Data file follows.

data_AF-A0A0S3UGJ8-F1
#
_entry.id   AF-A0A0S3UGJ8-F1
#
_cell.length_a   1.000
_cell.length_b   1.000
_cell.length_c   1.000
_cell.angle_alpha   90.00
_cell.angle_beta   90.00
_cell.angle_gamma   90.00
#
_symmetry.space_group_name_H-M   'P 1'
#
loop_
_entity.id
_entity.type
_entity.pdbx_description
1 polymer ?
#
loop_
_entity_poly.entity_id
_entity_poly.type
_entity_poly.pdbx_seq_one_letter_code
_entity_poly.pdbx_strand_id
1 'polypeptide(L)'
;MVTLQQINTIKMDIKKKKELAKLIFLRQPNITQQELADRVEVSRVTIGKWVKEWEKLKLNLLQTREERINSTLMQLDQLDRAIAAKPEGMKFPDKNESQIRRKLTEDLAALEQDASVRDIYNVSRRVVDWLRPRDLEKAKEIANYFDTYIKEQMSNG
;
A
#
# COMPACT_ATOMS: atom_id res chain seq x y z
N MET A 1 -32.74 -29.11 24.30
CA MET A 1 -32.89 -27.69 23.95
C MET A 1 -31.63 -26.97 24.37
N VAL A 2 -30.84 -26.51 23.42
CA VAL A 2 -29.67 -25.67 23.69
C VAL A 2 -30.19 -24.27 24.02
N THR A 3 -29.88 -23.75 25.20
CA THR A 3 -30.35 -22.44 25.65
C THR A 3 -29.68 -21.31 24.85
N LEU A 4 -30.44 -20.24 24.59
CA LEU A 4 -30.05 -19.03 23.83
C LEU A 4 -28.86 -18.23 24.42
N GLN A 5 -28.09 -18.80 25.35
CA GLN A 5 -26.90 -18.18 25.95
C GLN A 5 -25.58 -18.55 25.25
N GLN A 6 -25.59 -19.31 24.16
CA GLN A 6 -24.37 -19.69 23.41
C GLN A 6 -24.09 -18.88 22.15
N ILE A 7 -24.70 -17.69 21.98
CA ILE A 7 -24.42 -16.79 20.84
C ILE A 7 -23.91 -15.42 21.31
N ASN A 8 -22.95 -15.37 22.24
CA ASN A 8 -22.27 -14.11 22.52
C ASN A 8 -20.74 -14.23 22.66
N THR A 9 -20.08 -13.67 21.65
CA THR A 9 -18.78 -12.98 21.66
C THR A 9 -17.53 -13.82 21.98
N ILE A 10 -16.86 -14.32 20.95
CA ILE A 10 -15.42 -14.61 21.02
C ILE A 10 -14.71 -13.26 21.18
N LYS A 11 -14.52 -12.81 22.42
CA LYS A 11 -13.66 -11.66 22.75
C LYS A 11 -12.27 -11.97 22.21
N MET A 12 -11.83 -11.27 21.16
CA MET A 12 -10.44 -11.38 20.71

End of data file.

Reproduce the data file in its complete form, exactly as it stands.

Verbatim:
data_AF-A0A0S3UGJ8-F1
#
_entry.id   AF-A0A0S3UGJ8-F1
#
_cell.length_a   1.000
_cell.length_b   1.000
_cell.length_c   1.000
_cell.angle_alpha   90.00
_cell.angle_beta   90.00
_cell.angle_gamma   90.00
#
_symmetry.space_group_name_H-M   'P 1'
#
loop_
_entity.id
_entity.type
_entity.pdbx_description
1 polymer ?
#
loop_
_entity_poly.entity_id
_entity_poly.type
_entity_poly.pdbx_seq_one_letter_code
_entity_poly.pdbx_strand_id
1 'polypeptide(L)'
;MVTLQQINTIKMDIKKKKELAKLIFLRQPNITQQELADRVEVSRVTIGKWVKEWEKLKLNLLQTREERINSTLMQLDQLDRAIAAKPEGMKFPDKNESQIRRKLTEDLAALEQDASVRDIYNVSRRVVDWLRPRDLEKAKEIANYFDTYIKEQMSNG
;
A
#
# COMPACT_ATOMS: atom_id res chain seq x y z
N MET A 1 -32.74 -29.11 24.30
CA MET A 1 -32.89 -27.69 23.95
C MET A 1 -31.63 -26.97 24.37
N VAL A 2 -30.84 -26.51 23.42
CA VAL A 2 -29.67 -25.67 23.69
C VAL A 2 -30.19 -24.27 24.02
N THR A 3 -29.88 -23.75 25.20
CA THR A 3 -30.35 -22.44 25.65
C THR A 3 -29.68 -21.31 24.85
N LEU A 4 -30.44 -20.24 24.59
CA LEU A 4 -30.05 -19.03 23.83
C LEU A 4 -28.86 -18.23 24.42
N GLN A 5 -28.09 -18.80 25.35
CA GLN A 5 -26.90 -18.18 25.95
C GLN A 5 -25.58 -18.55 25.25
N GLN A 6 -25.59 -19.31 24.16
CA GLN A 6 -24.37 -19.69 23.41
C GLN A 6 -24.09 -18.88 22.15
N ILE A 7 -24.70 -17.69 21.98
CA ILE A 7 -24.42 -16.79 20.84
C ILE A 7 -23.91 -15.42 21.31
N ASN A 8 -22.95 -15.37 22.24
CA ASN A 8 -22.27 -14.11 22.52
C ASN A 8 -20.74 -14.23 22.66
N THR A 9 -20.08 -13.67 21.65
CA THR A 9 -18.78 -12.98 21.66
C THR A 9 -17.53 -13.82 21.98
N ILE A 10 -16.86 -14.32 20.95
CA ILE A 10 -15.42 -14.61 21.02
C ILE A 10 -14.71 -13.26 21.18
N LYS A 11 -14.52 -12.81 22.42
CA LYS A 11 -13.66 -11.66 22.75
C LYS A 11 -12.27 -11.97 22.21
N MET A 12 -11.83 -11.27 21.16
CA MET A 12 -10.44 -11.38 20.71